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Stock Up on these Healthy Staples

The Dairy Case
Most grocery stores place dairy in the very back so that you'll have to walk through the whole store (and past its enticing food items) to get to it. But even though it's in the back, dairy holds an important place in most people's diets. So what are the top picks?
  • Skim milk has just as much calcium as other varieties, but far less saturated fat. If you’re intolerant of milk (or prefer not to drink it), try dairy alternatives like soy or rice milk. The fortified varieties have as much calcium and vitamin D as dairy milk, but are free of saturated fat and cholesterol.
  • Low-fat yogurt is getting more praise everyday for supplying our bodies with probiotics, the healthy bacteria that keep our intestines happy. Choose low-fat and natural varieties, but watch the sugar content. Soy yogurt, which is fortified with calcium and contains probiotics, is another good choice.
  • Low-fat cottage cheese is a great source of protein and calcium, without any added sugar. It's a versatile ingredient for both sweet and savory healthy dishes. Look for low-sodium varieties if you are watching your blood pressure.
  • Keifer, basically, is drinkable yogurt. It's mildly tangy, usually sweetened and whipped with fruit. It has many of the same health benefits as yogurt.
  • Cheese. Admittedly, some low-fat cheeses don't taste as good as the "real" thing, but this is improving. Cheese is high in calcium, so even if you splurge on the full-fat varieties, it’s still healthy to eat it in moderation and when you keep your portions in check.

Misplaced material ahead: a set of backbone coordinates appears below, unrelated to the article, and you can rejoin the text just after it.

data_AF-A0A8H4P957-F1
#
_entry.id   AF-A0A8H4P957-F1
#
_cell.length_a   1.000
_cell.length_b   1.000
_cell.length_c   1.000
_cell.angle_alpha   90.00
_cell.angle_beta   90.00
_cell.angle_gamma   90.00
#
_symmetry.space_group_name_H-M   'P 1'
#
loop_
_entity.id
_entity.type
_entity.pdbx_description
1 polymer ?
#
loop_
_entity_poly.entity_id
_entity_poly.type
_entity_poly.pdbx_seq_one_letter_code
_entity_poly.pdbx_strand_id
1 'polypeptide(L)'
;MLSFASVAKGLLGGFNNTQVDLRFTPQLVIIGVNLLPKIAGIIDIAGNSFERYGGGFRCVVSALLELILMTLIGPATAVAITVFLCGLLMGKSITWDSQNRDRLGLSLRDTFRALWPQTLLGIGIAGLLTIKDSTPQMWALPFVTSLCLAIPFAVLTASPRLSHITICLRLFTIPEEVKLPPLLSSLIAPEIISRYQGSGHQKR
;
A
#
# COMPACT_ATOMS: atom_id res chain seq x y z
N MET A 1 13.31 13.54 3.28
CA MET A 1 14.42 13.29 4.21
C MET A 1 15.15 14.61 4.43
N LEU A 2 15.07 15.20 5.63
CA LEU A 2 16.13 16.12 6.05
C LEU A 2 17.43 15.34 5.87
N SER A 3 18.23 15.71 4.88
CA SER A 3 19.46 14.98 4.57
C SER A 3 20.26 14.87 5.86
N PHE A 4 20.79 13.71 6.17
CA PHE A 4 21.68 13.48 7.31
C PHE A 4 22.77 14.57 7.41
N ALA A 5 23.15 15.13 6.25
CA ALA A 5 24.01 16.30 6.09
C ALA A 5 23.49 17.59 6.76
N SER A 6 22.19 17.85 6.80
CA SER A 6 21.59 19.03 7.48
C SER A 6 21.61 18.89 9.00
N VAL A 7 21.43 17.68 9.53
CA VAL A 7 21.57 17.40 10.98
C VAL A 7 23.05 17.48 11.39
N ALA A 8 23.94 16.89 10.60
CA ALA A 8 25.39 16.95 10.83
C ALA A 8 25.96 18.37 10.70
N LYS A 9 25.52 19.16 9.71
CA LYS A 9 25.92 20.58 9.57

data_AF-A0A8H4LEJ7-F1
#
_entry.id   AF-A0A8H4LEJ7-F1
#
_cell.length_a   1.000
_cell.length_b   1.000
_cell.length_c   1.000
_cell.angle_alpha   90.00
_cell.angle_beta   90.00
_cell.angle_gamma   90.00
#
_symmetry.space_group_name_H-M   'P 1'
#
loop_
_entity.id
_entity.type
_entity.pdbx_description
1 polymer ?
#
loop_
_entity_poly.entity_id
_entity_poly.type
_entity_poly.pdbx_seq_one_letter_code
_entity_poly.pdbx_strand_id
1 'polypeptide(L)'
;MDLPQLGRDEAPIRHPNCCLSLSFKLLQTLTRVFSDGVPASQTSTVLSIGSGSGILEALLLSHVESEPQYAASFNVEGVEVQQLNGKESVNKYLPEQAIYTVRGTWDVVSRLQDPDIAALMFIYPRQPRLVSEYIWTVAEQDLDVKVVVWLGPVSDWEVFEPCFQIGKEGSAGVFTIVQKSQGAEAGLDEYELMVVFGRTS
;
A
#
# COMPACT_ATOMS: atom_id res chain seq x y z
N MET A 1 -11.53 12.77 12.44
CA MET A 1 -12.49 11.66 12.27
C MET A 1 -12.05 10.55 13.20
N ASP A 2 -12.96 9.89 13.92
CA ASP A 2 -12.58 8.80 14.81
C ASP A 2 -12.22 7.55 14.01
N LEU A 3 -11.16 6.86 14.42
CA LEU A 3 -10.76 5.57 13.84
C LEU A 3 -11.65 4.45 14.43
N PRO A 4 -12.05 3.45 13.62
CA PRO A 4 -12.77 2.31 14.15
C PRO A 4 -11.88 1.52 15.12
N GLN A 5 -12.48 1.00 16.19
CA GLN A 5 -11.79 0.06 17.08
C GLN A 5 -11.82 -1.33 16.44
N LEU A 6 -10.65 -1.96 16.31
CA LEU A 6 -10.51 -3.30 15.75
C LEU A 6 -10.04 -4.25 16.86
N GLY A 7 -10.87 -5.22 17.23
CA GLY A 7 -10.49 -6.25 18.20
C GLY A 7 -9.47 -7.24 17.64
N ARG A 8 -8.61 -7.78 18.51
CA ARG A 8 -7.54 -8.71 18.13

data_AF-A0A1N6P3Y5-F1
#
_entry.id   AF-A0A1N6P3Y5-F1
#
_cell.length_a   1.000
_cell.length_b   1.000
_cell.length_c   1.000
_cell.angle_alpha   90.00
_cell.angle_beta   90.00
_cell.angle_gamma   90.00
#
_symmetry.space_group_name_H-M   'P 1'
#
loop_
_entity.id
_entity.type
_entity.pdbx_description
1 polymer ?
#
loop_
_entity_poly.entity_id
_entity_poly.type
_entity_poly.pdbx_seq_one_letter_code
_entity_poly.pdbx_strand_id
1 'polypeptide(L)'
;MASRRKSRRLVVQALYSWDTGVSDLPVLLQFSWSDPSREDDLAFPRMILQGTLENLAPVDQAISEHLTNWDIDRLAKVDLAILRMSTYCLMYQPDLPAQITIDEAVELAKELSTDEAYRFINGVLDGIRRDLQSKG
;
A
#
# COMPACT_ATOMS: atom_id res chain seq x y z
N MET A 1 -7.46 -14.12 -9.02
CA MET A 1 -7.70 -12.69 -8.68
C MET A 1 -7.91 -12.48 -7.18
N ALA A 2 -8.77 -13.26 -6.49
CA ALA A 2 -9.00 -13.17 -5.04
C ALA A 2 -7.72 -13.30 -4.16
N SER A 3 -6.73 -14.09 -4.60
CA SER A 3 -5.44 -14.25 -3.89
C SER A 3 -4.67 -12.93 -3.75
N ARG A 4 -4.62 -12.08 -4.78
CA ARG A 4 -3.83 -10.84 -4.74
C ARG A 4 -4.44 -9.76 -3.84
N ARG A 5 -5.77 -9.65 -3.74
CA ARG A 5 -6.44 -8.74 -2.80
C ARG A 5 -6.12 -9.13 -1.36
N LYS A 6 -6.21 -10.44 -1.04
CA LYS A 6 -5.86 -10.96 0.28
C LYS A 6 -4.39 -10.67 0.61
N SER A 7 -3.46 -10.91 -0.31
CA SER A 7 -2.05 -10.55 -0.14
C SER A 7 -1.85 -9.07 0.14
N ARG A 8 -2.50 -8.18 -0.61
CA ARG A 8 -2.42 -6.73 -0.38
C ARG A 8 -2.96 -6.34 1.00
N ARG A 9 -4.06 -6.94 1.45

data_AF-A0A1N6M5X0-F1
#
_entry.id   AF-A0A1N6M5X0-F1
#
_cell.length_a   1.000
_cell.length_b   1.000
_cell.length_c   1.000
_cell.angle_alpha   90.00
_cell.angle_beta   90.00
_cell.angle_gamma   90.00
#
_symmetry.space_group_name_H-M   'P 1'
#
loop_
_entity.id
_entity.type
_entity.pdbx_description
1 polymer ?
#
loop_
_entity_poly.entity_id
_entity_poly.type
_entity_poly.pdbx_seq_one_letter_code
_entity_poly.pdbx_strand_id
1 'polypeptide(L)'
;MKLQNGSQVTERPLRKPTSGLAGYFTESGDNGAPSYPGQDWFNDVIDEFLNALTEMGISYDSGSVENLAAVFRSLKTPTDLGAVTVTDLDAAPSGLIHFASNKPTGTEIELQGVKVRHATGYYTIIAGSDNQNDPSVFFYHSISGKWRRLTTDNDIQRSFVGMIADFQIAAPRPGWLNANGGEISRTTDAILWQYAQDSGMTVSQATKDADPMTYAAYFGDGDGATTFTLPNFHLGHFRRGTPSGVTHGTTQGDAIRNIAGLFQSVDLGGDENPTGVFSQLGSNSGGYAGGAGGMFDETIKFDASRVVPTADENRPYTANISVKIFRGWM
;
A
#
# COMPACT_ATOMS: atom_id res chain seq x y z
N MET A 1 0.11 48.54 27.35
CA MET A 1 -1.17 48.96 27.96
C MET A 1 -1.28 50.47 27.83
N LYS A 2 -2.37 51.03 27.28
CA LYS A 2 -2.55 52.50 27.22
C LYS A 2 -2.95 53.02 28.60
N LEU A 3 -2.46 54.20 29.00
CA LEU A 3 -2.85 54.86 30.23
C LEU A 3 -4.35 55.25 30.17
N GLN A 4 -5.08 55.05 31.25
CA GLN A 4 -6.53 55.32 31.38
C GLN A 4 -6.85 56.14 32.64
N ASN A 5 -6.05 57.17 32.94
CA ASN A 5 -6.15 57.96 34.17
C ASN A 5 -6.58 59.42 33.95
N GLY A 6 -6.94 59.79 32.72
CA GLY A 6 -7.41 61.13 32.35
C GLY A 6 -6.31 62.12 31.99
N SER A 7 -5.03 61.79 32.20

• Butter is a food to be enjoyed in moderation. It has about the same amount of fat and calories as margarine, but is often a better choice since margarine can be loaded with trans fats.
  • Eggs and egg whites are great sources of protein. Many experts and consumers agree that the best tasting (and possibly most nutritious) eggs come from organically-fed and pasture-raised birds.
What to Avoid in the Dairy Case:
  • Whole (full-fat) milk
  • Yogurts made with whole milk and/or lots of added sugar
  • "Cheese products" which are highly processed cheese-like foods, but aren't real cheese
  • Margarines made with hydrogenated oils
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About The Author

Liza Barnes Liza Barnes
Liza has two bachelor's degrees: one in health promotion and education and a second in nursing. A registered nurse and mother, regular exercise and cooking are top priorities for her. See all of Liza's articles.

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